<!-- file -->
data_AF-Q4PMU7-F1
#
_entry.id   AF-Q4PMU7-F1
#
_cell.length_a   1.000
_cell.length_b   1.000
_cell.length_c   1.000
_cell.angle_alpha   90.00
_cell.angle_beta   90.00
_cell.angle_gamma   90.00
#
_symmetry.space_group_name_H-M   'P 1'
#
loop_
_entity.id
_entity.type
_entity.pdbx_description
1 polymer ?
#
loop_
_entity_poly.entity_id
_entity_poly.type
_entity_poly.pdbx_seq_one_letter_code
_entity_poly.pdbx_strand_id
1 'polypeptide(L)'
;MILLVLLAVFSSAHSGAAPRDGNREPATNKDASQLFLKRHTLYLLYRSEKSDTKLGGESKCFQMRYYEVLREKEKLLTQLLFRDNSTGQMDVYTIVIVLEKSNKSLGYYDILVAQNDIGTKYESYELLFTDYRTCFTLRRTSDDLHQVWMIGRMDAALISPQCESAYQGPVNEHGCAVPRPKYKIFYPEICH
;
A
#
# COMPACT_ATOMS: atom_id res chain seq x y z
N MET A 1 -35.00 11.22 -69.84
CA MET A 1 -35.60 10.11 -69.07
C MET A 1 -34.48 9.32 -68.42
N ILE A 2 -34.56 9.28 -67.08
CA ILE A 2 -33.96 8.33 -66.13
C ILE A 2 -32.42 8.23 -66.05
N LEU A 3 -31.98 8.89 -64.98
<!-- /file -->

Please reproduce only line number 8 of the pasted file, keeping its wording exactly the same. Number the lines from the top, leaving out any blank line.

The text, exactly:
_cell.angle_alpha   90.00